White embarrassed by UFC 97


Despite chants of “boring” and boos that echoed inside the Bell Centre, Ultimate Fighting Championship (UFC) middleweight champ Anderson Silva entered the record books with a unanimous decision over Thale Leites at UFC 97:Redemption in Montreal on Saturday evening.

Silva posted his ninth-straight victory in the octagon that broke a tie he held with MMA legend Royce Gracie and Jon Finch. This was overshadowed by the lack of action generated in a less-than-stellar main event, as the two fighters avoided contact for the first minute of the fight and they often went for long stretches without exchanging blows.

This didn’t sit well with UFC President Dana White, and he didn’t mince words in the post-fight press conference.

“I can honestly tell you that I’ve never put on an event that I was embarrassed to be at until tonight,” White said. “I want to publicly apologize to all the fans.

“Watching that was hard. That was tough to take. It was embarrassing, honestly. It was really and truly embarrassing.”

The fans booed throughout the match and started a “boring” chant at the beginning of the final round. They also cheered for UFC welterweight champion George St. Pierre, who was sitting at ringside. The Canadian star is rumored to be the next opponent for Silva.

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Is Celine Dion eyeing the Montreal Canadiens?

A group comprised of singer Celine Dion, Seagram heir Steven Bronfman, and Quebec media giant Pierre Karl Peladeau are considering making a bid to purchase the Montreal Canadiens away from current owner George Gillett. The franchise was recently valued at $335 million by Forbes magazine, and Gillett has stated he will only sell the team for the right price.

An investment banker close to the negotiation told the Toronto Globe and Mail that this group has been given full access to all financial data on the Canadiens.

“There is a group bid being discussed, and it’s clear that Gillett is very willing to sell if the price is right,” said the investment banker, who is helping line up financing for potential bidders.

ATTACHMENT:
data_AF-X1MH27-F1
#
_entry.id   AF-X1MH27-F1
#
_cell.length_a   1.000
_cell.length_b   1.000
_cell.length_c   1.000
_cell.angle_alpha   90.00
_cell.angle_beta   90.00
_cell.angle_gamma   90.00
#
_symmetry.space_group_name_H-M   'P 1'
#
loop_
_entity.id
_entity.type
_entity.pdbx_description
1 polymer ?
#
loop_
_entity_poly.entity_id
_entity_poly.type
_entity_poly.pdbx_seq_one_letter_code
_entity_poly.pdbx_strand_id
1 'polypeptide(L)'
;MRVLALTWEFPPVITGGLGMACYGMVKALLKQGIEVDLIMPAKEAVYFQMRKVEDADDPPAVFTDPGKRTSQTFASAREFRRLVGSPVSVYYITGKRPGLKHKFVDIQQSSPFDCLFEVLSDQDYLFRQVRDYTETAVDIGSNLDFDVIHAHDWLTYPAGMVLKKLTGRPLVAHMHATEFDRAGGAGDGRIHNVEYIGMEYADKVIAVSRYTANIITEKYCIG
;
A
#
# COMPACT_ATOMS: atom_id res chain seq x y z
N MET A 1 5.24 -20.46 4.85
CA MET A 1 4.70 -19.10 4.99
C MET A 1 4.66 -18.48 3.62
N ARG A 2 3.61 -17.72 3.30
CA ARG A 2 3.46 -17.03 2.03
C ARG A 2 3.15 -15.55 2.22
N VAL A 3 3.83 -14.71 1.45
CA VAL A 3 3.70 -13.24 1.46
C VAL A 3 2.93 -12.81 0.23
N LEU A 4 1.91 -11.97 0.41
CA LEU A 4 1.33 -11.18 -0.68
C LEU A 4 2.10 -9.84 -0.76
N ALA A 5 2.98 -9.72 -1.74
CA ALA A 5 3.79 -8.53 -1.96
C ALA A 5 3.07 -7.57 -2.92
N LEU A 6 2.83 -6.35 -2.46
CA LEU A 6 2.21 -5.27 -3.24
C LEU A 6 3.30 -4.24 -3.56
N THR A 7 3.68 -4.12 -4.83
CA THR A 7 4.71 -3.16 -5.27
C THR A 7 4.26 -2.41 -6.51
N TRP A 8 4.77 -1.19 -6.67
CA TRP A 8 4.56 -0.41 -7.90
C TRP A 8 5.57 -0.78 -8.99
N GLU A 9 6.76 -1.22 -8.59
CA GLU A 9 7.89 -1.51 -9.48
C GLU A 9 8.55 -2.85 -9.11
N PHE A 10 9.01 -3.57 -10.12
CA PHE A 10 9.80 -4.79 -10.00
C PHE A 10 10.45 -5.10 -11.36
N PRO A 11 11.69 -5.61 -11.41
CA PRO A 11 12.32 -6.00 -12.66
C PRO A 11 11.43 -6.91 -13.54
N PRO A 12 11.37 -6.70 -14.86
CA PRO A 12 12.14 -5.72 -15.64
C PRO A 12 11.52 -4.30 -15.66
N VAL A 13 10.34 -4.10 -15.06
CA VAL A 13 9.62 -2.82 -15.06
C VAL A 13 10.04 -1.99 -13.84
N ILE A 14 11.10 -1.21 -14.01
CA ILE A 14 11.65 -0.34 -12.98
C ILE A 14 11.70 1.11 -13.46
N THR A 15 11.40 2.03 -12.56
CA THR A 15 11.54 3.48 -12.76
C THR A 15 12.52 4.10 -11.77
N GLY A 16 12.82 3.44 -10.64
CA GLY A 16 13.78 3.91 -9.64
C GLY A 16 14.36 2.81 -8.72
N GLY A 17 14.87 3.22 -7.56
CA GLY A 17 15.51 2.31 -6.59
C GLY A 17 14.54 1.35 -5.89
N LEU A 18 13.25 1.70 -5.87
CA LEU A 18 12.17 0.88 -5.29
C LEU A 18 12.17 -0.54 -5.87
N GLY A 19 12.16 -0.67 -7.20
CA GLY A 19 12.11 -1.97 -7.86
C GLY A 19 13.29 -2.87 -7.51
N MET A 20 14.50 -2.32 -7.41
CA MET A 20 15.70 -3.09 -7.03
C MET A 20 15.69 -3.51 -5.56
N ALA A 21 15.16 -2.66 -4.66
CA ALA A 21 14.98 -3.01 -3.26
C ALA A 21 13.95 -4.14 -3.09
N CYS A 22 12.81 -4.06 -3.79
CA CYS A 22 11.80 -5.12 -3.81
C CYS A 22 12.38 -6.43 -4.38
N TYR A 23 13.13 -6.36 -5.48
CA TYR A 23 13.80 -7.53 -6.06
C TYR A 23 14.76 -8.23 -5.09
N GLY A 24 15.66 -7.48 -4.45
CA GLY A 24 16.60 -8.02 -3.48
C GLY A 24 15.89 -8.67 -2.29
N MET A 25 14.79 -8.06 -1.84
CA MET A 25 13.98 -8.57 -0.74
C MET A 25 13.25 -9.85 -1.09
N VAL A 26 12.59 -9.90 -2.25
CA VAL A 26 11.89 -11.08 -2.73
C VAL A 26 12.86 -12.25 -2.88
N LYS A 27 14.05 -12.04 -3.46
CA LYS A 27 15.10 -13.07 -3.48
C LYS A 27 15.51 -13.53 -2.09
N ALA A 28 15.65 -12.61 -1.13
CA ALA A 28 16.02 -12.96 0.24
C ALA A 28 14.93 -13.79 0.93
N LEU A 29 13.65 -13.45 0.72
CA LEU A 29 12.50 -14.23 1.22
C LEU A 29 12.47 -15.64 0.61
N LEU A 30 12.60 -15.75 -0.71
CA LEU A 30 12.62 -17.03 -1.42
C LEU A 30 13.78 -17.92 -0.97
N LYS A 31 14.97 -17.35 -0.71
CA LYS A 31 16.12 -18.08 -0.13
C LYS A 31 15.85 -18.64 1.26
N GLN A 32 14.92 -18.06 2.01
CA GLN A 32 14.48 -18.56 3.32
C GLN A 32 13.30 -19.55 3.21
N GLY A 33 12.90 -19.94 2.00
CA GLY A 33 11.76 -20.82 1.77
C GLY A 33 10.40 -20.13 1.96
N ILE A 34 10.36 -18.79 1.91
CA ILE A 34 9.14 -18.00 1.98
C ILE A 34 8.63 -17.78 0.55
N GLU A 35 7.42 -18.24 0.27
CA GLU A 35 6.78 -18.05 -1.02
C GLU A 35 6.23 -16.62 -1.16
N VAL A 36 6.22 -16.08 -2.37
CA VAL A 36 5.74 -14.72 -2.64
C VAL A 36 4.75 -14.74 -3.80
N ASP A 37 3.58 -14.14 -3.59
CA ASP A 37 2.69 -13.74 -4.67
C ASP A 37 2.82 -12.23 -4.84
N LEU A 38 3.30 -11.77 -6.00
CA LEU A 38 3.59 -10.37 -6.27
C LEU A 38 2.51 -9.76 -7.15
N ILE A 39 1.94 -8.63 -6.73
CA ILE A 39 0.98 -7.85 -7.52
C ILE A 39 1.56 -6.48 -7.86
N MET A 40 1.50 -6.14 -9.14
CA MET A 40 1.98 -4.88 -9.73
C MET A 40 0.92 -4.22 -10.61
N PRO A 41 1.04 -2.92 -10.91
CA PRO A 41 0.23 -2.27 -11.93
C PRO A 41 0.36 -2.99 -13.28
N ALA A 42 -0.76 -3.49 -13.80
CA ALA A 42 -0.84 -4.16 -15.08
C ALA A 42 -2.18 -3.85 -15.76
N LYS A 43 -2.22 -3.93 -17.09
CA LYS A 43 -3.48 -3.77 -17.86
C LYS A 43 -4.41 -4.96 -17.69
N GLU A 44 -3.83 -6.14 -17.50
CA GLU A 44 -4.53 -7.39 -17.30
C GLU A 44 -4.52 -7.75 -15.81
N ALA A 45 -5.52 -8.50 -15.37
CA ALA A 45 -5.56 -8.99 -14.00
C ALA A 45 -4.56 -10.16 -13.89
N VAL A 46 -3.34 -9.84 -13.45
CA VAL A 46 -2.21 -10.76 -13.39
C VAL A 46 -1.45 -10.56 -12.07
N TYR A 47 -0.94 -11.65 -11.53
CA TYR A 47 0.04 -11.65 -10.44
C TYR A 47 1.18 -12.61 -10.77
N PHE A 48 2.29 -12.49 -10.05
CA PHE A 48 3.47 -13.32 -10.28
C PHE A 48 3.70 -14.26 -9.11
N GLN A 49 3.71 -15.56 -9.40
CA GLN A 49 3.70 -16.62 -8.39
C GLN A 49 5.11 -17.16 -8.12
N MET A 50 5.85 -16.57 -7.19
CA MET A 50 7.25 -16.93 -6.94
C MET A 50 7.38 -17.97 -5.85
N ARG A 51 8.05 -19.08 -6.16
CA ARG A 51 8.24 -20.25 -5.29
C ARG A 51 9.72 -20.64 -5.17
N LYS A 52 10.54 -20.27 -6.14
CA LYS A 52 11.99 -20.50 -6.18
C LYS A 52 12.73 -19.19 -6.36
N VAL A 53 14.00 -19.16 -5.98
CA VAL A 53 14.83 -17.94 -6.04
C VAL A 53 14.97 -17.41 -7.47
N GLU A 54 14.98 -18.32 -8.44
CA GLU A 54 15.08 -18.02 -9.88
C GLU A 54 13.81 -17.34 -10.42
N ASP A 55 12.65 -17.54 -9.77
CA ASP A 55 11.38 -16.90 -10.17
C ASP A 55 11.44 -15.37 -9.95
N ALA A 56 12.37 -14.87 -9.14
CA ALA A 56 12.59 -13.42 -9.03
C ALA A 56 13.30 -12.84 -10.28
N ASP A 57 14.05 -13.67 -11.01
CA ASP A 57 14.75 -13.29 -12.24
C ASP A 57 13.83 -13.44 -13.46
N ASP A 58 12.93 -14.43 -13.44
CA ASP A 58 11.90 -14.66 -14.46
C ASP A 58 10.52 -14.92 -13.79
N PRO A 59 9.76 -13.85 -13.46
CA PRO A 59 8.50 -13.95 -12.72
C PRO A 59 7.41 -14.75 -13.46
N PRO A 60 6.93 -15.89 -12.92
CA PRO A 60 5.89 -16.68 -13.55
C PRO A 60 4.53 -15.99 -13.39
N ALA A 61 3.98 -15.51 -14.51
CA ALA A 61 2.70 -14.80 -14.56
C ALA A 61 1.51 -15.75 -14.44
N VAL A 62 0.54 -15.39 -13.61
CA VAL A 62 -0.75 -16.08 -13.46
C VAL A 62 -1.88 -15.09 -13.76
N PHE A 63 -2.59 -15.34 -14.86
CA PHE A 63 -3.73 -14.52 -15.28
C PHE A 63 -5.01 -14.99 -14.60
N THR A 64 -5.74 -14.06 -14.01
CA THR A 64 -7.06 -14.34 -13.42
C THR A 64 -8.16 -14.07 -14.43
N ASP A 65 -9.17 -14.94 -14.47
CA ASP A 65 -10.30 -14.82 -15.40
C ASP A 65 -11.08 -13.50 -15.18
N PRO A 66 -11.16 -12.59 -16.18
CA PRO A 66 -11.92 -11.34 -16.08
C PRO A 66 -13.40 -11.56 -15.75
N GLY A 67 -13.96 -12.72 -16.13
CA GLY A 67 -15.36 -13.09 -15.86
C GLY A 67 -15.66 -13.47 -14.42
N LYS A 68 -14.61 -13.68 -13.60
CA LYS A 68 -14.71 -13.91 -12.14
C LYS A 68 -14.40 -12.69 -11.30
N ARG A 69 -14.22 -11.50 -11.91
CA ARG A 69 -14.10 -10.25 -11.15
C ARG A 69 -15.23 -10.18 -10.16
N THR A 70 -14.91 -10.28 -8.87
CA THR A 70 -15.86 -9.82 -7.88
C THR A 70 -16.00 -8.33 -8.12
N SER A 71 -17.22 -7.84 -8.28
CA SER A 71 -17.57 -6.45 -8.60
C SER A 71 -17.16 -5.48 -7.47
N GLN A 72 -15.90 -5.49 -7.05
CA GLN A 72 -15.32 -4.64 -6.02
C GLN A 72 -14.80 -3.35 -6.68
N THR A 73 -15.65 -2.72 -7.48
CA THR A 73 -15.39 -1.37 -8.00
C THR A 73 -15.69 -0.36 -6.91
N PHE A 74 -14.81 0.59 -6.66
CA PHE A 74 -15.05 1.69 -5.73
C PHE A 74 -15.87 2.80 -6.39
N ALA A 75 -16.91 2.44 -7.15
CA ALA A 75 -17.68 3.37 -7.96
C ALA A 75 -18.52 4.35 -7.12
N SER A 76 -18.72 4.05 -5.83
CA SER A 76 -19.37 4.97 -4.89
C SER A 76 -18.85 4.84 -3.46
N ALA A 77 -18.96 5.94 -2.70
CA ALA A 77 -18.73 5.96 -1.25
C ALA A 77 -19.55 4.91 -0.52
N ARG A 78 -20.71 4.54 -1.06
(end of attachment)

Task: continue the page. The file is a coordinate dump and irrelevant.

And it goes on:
However, the banker and other sources familiar with the possible sale of the team cautioned it will be difficult to strike a partnership that satisfies the strong personalities of Dion and husband René Angelil, Bronfman and Péladeau, the dominant player in Quebec media.

Dion is already considered French royalty in Canada, and her image could move to savior status if she bought the Canadiens back from an American. (Gillett is a Denver-based entertainment promoter.)

Bank of Montreal has signed confidentially agreements with 10 potential suitors who have until Thursday to submit a formal bid on the team. The potential buyer will also acquire the Bell Centre in Montreal as well.

Martin Brodeur is hockey’s man behind the mask


The Prudential Center crowd chanted, “Marr-tty…Marr-tty,” in the closing moments of yet another New Jersey Devils’ victory on Tuesday night. But this night was special; Martin Brodeur recorded his record-breaking 552nd win, eclipsing Patrick Roy’s NHL record for career victories by a goaltender. He finished his historic chase in typical Marty fashion by winning eight of his last nine starts since returning to the lineup on February 26th.

Major elbow surgery in November kept him out of the lineup for 50 games. Brodeur didn’t think he would even play again this season, as he never sustained a major injury in his 15-year career. Doctors reassured him that he would be back between the pipes for the Devils in 16 weeks if there were no setbacks in his rehabilitation process.

Early on, skeptics questioned if Brodeur could play in consecutive games. Hey, this is Martin Brodeur, a man who started in a record 78 games in the 2006-07 season and averaged 70 starts for 10-straight years. There’s no question that he is durable enough to handle the physical rigors of playing back-to-back games especially considering how fresh he was by being away from competition for four months.

Brodeur’s run to the record was virtually uncovered by the press until he headed back to his hometown last weekend. The Montreal radio airwaves were buzzing with “Marty talk” leading up to Saturday night’s contest at the Bell Centre. And he didn’t disappoint his hometown fans, stopping 22 of the 23 shots attempted for a 3-1 victory over the struggling Montreal Canadiens. Afterward, he received a hero’s welcome with a standing O from the Montreal fans.

Eight wins seemed like an eternity for Brodeur after sustaining a major elbow injury. It was a remarkable feat achieving history in a mere nine games since his return to the lineup. But the milestones do not stop there; he is three shutouts away from breaking Terry Sawchuk’s league record of 103 shutouts in a career. This could be another amazing ride towards history, but the way he is playing, it could be a short one.

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